Use of DAT SPECT imaging in clinical practice survey
In November 2016, an electronic survey was sent to all neurologists that referred patients for the LEAP study (n = 146). The questionnaire consisted of two multiple-choice questions (Fig. 2). The questions were as follows: (1) “When do you request DAT SPECT imaging?” and (2) “In which percentage of patients with a diagnosis of PD do you use DAT SPECT imaging?” The survey was completed anonymously.
From October 2011 to May 2016, a total of 446 patients were enrolled in the LEAP study. One hundred five of these 446 patients underwent [123I]FP-CIT SPECT imaging prior to inclusion in the LEAP study. Twenty-six scans were excluded. Twenty-one scans were initially assessed by (semi-)quantitative analysis. Four scans were initially assessed by JB. One scan could not be reassessed due to an outdated computer system in one of the referring hospitals. A total of 79 DAT SPECT scans were included in this study (Fig. 3). SPECT was performed 3–4 h after intravenous injection of [123I]FP-CIT (mean amount 185 MBq, range 140–214 MBq). The patient characteristics can be found in Table 1.
[123I]FP-CIT SPECT imaging was performed in 30 hospitals (five tertiary referral hospitals and 25 community hospitals). Different dual-headed SPECT cameras and one brain-dedicated SPECT system were used. The initial assessment was “normal” in one patient and “abnormal” in 78 patients. The expert assessment was “normal” in two patients and “abnormal” in 77 patients. The concordance of the non-experts of the referring hospitals and JB on “normal” versus “abnormal” scans in this study was 98.7%.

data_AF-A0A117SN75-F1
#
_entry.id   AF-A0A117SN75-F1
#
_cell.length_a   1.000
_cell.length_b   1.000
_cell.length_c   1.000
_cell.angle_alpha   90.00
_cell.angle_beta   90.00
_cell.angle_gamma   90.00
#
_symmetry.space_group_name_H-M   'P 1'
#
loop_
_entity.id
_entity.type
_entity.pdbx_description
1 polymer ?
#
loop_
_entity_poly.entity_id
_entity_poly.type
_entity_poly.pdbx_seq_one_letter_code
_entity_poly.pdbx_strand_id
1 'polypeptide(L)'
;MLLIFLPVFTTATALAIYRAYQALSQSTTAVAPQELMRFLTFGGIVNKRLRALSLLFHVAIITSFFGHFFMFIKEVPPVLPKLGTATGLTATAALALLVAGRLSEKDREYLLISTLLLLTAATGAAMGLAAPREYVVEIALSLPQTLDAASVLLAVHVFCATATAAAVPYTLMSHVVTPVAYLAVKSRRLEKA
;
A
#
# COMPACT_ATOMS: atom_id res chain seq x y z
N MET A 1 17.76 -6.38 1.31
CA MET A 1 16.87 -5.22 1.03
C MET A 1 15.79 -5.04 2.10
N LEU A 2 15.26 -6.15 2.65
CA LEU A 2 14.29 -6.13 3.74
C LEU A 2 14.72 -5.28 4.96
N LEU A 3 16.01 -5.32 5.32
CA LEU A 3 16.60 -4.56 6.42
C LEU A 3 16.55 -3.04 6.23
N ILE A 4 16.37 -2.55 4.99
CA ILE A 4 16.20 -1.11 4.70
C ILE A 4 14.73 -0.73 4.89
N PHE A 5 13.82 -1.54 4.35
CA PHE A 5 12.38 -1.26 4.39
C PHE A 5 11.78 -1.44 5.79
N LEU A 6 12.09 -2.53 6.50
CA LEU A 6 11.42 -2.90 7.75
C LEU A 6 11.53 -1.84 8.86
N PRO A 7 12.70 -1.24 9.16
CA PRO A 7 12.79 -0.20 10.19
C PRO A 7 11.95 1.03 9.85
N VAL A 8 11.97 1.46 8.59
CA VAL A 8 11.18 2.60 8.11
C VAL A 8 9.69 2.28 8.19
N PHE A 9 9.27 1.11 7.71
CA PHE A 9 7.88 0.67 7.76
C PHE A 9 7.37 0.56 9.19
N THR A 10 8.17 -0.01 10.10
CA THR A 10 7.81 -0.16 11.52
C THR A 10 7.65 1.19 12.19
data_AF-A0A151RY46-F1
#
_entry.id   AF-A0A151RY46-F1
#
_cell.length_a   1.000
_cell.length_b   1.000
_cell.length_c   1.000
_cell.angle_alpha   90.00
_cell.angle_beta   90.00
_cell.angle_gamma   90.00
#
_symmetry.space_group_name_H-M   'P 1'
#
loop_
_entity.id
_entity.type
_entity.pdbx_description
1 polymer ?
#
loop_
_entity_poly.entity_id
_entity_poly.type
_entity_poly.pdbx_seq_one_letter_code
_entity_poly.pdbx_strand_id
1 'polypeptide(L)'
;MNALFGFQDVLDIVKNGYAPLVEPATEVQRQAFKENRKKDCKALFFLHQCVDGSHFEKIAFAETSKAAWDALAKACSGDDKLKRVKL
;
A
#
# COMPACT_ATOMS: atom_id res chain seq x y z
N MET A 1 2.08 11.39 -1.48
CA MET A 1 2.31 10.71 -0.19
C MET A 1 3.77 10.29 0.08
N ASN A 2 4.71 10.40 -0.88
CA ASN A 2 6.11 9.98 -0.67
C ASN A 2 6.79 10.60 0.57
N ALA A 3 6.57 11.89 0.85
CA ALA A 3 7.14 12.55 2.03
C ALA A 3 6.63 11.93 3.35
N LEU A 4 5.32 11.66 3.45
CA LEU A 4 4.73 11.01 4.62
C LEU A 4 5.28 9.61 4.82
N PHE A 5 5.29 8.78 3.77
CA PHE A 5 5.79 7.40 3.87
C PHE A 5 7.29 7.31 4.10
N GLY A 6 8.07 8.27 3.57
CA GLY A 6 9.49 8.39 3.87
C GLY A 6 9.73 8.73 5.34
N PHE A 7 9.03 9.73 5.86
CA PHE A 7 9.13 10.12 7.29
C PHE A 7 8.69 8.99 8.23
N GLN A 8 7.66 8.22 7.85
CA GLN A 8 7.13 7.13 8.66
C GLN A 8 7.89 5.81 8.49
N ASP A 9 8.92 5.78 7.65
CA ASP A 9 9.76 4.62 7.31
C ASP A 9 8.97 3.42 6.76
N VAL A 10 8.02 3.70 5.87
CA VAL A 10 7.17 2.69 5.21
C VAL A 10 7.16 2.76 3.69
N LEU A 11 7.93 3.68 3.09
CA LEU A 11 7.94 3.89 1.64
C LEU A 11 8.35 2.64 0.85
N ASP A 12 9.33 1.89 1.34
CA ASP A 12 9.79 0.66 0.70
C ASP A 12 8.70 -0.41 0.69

Use of DAT SPECT imaging survey
Seventy-six neurologists responded to the questionnaire (response rate 52%). 73.6% requested DAT SPECT imaging to differentiate between a neurodegenerative and non-neurodegenerative form of parkinsonism. 11.8% of the neurologists use DAT SPECT imaging to differentiate between PD and APS (Fig. 2).
Our findings are in line with the high diagnostic accuracy of visual assessments of DAT SPECT imaging in patients with a clinical diagnosis of early PD. In addition, we showed this is also true in routine clinical practice compared to a highly trained nuclear medicine physician dedicated to DAT imaging.